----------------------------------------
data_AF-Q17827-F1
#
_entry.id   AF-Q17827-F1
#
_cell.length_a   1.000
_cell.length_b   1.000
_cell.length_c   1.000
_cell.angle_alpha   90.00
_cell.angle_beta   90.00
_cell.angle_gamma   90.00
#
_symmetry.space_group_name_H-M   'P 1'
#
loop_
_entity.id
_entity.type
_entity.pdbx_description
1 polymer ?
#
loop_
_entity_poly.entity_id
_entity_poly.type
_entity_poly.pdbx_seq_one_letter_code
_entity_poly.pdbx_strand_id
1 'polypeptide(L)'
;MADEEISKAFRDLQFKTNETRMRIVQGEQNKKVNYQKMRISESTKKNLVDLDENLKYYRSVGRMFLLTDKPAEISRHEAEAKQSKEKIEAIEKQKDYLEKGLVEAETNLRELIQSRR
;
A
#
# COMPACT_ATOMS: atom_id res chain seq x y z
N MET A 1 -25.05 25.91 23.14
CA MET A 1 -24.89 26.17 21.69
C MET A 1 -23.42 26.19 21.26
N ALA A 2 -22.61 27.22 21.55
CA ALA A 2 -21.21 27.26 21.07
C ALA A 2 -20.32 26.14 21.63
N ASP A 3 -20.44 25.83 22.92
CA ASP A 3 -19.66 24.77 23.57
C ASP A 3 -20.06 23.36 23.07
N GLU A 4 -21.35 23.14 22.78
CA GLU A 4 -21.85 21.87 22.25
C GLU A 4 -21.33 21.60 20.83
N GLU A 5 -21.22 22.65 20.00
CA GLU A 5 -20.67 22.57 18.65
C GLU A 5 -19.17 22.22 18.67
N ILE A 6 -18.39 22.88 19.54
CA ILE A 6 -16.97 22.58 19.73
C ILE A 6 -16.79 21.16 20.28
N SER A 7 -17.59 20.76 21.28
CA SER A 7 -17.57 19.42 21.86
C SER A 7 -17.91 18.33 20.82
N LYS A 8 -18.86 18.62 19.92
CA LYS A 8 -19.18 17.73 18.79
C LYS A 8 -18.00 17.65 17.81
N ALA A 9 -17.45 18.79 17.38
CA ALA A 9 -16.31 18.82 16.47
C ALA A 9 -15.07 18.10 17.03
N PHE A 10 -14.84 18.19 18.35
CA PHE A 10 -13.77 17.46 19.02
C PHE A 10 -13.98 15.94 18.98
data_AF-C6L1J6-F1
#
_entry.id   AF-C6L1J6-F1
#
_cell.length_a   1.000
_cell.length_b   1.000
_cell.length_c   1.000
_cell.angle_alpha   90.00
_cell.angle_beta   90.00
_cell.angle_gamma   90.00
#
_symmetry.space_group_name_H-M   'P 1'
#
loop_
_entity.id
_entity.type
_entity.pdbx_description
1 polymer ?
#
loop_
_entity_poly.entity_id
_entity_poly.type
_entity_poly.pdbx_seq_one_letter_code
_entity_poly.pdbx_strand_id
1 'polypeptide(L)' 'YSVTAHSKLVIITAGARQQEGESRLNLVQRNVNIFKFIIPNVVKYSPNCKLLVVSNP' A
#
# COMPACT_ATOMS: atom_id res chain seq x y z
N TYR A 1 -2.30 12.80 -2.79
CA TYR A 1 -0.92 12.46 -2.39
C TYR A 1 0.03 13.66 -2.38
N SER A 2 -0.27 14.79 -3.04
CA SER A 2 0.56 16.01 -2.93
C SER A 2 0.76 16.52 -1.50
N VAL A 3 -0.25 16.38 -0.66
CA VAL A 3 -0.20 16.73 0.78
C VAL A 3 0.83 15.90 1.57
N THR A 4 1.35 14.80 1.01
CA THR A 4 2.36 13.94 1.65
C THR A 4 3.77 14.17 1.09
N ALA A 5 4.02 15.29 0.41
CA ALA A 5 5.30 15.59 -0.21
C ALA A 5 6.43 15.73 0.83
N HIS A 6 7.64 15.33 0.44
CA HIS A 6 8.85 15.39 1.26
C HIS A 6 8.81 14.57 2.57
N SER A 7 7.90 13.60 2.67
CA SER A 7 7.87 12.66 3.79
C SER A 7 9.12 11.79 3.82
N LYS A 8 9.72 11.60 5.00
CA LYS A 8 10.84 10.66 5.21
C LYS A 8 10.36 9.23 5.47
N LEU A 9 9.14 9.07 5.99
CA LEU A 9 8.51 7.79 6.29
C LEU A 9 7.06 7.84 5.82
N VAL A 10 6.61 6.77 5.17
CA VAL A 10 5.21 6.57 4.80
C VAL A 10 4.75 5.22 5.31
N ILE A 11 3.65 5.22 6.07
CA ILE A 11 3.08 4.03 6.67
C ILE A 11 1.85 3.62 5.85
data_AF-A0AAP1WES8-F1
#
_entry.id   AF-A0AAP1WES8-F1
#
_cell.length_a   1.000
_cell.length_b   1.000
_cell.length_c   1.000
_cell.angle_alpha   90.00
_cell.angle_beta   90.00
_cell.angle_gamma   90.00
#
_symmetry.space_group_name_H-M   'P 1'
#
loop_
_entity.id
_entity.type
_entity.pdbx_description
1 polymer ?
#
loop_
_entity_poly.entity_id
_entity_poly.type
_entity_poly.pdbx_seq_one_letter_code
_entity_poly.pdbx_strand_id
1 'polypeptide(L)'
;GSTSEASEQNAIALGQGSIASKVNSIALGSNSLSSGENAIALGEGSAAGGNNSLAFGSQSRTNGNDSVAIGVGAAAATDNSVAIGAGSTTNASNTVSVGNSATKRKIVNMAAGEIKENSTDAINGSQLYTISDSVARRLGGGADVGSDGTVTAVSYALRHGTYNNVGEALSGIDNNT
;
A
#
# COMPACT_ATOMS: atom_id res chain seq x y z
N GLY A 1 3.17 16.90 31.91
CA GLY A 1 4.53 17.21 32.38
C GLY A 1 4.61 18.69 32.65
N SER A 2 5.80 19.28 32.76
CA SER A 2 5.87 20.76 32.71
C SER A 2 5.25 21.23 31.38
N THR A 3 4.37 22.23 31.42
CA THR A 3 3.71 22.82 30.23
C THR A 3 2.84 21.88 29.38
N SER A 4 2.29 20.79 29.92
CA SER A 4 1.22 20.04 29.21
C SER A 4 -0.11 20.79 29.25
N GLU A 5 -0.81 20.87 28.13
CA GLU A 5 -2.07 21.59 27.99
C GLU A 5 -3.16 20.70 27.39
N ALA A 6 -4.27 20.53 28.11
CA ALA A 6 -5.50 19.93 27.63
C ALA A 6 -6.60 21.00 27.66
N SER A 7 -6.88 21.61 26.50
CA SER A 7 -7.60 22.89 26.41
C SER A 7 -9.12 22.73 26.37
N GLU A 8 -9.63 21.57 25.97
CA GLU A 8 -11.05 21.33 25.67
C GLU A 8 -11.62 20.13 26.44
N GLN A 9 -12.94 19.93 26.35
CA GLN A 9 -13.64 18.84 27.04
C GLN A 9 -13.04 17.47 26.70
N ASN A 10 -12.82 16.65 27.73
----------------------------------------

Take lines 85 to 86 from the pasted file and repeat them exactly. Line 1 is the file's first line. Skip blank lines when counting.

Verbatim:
1 'polypeptide(L)' 'YSVTAHSKLVIITAGARQQEGESRLNLVQRNVNIFKFIIPNVVKYSPNCKLLVVSNP' A
#